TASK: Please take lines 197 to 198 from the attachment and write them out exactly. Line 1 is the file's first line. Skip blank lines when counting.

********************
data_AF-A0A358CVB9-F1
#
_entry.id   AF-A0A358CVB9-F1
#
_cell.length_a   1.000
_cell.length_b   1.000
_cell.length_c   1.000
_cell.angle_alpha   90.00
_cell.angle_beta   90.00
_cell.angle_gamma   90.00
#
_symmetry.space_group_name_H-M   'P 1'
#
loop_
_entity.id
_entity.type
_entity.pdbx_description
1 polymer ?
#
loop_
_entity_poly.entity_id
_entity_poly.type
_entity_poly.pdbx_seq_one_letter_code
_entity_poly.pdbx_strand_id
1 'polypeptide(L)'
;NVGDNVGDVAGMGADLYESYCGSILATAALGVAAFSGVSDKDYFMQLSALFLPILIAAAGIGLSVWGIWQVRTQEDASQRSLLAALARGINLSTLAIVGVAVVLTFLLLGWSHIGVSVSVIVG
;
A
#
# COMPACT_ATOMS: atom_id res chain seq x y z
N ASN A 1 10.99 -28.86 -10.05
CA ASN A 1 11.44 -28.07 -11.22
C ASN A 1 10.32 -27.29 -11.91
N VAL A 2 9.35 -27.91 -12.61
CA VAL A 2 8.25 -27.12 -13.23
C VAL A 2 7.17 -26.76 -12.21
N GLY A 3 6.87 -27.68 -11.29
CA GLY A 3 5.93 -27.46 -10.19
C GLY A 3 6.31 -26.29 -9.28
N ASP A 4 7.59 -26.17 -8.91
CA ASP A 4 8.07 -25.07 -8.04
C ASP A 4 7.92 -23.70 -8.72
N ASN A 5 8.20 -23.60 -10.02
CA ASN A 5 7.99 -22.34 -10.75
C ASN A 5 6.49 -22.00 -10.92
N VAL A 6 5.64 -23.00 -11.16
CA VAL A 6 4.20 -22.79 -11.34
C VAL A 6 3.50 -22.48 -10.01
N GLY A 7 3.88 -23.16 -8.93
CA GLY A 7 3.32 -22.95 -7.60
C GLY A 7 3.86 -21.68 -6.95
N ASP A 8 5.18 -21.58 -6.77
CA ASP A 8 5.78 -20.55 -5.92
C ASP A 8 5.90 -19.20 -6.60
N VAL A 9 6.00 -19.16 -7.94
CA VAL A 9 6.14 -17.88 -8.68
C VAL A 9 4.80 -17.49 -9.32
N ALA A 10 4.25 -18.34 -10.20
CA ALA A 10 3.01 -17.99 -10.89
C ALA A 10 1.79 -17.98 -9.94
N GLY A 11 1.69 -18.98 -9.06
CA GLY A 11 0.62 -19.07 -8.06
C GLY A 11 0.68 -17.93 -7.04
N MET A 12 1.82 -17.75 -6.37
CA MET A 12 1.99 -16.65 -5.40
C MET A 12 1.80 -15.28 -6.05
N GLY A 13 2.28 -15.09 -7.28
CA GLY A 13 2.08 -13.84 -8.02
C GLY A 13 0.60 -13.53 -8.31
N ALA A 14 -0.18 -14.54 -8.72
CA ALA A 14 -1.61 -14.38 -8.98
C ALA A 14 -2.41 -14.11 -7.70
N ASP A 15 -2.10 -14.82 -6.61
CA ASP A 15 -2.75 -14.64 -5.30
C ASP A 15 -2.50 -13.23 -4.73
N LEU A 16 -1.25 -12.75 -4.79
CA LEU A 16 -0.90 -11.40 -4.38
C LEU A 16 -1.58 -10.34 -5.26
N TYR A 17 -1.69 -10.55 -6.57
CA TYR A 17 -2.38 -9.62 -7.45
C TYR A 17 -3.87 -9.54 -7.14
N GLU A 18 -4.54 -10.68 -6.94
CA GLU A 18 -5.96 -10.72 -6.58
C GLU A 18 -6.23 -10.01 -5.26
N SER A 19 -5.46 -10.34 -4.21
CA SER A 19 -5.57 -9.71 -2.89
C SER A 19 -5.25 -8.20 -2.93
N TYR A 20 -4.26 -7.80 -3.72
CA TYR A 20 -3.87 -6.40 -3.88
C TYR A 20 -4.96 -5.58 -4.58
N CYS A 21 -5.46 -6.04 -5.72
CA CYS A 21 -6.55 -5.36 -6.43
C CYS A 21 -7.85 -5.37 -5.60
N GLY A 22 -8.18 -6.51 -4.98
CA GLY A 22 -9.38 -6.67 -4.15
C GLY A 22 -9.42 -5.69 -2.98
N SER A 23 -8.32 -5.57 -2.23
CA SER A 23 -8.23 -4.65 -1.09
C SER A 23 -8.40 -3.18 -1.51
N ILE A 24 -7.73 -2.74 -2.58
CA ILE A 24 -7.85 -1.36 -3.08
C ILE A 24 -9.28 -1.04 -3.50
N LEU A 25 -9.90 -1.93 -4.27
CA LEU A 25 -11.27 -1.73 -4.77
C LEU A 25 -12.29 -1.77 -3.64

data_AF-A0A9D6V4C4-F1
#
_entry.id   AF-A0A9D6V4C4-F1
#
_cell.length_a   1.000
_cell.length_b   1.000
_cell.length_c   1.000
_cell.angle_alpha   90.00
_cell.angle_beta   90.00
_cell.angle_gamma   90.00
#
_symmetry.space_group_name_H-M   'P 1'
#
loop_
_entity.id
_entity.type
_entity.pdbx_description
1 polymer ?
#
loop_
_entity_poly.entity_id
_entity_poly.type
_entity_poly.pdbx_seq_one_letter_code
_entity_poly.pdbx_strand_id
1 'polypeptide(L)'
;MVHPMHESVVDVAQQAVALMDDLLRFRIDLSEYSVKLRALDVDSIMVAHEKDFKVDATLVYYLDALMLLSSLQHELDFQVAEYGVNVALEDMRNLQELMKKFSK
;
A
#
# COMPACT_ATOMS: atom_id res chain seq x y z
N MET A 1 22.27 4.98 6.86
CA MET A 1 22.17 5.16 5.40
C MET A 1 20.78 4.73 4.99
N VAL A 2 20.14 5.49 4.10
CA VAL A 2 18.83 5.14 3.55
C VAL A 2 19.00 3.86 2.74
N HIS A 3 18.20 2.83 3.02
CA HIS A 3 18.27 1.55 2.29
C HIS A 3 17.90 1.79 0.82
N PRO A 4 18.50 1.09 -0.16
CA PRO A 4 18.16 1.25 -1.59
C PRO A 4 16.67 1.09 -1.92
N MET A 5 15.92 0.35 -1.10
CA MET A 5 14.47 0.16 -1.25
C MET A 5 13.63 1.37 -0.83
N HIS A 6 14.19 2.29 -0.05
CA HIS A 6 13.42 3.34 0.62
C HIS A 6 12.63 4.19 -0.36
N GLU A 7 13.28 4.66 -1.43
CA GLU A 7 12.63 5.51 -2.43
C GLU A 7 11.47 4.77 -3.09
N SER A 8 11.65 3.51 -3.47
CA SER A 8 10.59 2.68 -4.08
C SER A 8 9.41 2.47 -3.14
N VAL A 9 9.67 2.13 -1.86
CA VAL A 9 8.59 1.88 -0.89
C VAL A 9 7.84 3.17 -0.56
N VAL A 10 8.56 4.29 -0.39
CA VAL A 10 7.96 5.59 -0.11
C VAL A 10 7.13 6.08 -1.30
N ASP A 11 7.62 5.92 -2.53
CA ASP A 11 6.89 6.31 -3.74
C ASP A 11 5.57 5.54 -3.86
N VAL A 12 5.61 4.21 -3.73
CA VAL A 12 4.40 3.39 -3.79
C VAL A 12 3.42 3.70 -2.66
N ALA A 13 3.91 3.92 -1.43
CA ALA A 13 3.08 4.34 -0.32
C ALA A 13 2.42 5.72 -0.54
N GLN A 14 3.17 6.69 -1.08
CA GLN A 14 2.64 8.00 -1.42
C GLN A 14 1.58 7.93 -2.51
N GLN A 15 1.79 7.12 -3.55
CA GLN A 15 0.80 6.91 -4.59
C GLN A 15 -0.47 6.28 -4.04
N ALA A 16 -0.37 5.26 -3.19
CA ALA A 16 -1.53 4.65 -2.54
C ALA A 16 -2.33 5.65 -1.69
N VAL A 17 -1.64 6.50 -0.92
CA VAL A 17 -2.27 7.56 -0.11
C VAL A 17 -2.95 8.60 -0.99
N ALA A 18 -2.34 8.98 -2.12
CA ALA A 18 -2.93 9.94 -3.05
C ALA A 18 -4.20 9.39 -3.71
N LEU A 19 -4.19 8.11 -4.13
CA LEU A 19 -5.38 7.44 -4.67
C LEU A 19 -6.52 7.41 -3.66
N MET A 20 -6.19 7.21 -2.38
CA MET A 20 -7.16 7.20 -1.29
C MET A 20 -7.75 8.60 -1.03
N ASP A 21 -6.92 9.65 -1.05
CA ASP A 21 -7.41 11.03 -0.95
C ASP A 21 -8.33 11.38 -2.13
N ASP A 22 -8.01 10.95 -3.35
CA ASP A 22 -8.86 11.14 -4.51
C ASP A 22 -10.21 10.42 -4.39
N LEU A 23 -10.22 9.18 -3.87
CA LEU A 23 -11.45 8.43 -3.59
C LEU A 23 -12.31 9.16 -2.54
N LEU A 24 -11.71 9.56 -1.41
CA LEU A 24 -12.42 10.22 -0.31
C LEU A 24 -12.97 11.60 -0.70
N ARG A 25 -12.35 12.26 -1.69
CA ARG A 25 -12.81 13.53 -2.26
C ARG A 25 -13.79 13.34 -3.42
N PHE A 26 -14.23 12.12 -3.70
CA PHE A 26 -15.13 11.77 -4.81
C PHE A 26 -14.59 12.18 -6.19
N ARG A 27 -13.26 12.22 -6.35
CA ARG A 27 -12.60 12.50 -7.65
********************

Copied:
CA ASP A 21 -7.41 11.03 -0.95
C ASP A 21 -8.33 11.38 -2.13